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Court rules against Seattle’s first-in-time law

The rule required landlords to accept the first qualified candidate to apply

Joel Askey/Shutterstock

After a year tied up in court, Seattle’s “first-in-time” law, which requires a landlord to accept the first qualified applicant to live in a rental property, has been overturned.

A King County Superior Court decision yesterday agreed with a group of landlords that the law violates a property-rights provision of the state constitution.

Judge Suzanne Parisien, who The Stranger reports owns rental property, said that the rule “violates the ‘private use’ requirement.”

The rule was initially passed in August 2016 to combat implicit bias resulting in housing discrimination. In 2015, the city’s Office for Civil Rights (OCR) conducted a sting of rental properties, submitting applications 97 times focusing on three different groups protected by Seattle housing law.

The office found that 64 percent of tests found evidence of different treatment due to a disability, 31 percent due to familial status, and 63 percent due to a Section 8 voucher.

2014 tests found different treatment based on race, national origin, and sexual orientation around two-thirds of the time for each group.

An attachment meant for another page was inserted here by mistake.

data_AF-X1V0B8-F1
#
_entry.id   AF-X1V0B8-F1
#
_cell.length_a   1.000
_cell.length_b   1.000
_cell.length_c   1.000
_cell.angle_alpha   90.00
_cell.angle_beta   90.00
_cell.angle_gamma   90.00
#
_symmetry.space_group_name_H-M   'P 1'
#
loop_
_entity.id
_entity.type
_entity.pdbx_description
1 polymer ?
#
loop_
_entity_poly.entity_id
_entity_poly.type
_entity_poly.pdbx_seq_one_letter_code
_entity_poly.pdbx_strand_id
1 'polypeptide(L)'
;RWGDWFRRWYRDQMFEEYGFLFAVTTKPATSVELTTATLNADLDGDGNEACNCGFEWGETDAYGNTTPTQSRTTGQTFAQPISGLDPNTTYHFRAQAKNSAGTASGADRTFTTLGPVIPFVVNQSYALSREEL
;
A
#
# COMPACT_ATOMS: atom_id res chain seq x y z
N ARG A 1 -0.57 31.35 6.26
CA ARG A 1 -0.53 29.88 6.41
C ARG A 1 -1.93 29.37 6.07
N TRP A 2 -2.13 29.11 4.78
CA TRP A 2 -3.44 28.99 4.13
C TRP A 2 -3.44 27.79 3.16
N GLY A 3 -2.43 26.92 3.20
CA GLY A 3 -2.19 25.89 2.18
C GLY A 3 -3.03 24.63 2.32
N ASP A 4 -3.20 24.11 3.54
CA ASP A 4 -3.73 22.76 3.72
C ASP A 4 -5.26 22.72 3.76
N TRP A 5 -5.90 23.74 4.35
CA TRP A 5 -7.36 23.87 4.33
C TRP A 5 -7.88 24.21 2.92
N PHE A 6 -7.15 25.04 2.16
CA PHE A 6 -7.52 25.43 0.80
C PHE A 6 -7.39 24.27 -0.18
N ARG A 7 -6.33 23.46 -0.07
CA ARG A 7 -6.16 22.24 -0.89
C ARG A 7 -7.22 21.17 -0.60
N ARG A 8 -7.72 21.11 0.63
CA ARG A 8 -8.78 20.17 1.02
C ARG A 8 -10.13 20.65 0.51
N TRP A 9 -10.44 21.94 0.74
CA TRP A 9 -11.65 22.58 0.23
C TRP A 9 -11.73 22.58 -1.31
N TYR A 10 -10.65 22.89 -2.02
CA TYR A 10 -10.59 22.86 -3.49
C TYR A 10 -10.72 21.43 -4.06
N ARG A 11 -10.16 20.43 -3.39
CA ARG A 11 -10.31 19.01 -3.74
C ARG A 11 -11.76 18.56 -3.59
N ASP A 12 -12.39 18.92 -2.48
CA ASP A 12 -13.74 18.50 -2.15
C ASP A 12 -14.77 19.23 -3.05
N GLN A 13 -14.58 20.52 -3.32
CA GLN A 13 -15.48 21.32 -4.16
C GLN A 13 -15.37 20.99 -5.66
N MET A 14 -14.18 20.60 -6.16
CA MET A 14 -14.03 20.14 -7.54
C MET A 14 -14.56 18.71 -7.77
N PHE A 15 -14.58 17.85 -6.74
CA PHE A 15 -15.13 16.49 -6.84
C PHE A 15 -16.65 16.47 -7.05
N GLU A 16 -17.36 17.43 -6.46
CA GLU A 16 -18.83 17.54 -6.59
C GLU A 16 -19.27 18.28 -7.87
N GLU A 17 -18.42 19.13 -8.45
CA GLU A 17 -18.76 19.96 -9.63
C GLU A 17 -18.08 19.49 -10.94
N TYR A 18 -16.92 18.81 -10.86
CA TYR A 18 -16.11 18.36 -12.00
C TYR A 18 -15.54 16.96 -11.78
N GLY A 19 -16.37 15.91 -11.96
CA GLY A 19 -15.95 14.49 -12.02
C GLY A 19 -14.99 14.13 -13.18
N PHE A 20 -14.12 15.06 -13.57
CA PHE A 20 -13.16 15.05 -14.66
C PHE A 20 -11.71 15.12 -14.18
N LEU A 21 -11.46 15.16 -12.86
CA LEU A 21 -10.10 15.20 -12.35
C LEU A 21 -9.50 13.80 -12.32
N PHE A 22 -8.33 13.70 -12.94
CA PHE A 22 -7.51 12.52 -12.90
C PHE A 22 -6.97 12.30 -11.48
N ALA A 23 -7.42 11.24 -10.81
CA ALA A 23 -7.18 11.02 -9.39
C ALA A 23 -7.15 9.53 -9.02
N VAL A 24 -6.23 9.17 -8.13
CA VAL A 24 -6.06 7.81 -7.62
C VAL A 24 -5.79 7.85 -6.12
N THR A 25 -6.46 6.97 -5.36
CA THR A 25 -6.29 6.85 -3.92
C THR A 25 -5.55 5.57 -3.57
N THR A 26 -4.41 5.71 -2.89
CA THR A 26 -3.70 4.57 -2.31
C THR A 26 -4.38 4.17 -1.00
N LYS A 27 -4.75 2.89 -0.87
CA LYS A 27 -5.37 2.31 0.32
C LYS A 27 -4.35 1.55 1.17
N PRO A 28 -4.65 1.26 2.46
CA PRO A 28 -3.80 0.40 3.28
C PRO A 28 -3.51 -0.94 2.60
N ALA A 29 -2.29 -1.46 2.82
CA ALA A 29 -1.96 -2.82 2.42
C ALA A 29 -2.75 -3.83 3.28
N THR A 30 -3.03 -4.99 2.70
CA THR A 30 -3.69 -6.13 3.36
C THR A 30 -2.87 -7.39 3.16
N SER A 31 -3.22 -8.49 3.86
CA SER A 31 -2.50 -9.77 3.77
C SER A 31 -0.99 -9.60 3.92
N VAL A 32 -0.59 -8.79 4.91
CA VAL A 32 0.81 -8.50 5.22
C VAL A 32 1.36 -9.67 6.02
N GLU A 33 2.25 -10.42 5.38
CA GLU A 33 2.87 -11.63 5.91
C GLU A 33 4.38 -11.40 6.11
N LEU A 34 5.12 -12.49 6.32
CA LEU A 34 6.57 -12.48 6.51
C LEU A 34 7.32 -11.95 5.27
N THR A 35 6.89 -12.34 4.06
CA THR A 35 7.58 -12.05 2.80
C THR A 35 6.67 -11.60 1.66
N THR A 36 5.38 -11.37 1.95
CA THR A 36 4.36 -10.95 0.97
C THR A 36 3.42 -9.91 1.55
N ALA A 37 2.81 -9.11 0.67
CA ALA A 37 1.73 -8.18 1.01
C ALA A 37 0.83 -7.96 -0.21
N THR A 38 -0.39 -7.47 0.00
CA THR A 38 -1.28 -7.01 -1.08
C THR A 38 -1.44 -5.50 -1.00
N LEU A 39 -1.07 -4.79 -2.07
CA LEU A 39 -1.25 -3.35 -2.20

Even with the evidence of implicit bias, Judge Parisien said the measure is “unreasonable means of pursuing anti-discrimination because of its sweeping overbreadth.”

In a statement, the Rental Housing Association of Washington (RHAWA)’s interim executive director Sean Martin said he’s “pleased that the court recognized the rights of rental housing owners to decide how to lawfully operate their private property.”

Despite the OCR findings, Martin said that the ruling “restores the ability for rental housing owners to provide opportunities for under-qualified renters who would otherwise have difficulty with being first in line to apply for a rental unit or meeting higher screening criteria standards.”

“The City Attorney’s office and I disagree with today’s ruling,” said city councilor Lisa Herbold in an emailed statement. “First-in-time is good policy that helps landlords screen tenants and avoid claims of fair housing violations. If landlords won’t screen tenants in a way that intentionally addresses bias, we have no recourse but to increase fair housing law enforcement because the reality is that, intentionally or not, far too many landlords are discriminating in the practices they use to select renters.”

Herbold said she’d like to see the city challenge the ruling.

The City Attorney’s office, said spokesperson John Schochet, disagrees with the ruling and is studying it to determine next steps.

The decision could also effect a recent one-year moratorium on “rent-bidding” platforms like Rentberry. A recent City Council vote put such platforms on hold while the city examines the platforms’ effect, including compliance with city laws like first-in-time and equity issues.

This article has been updated with statements from Lisa Herbold and the City Attorney’s office.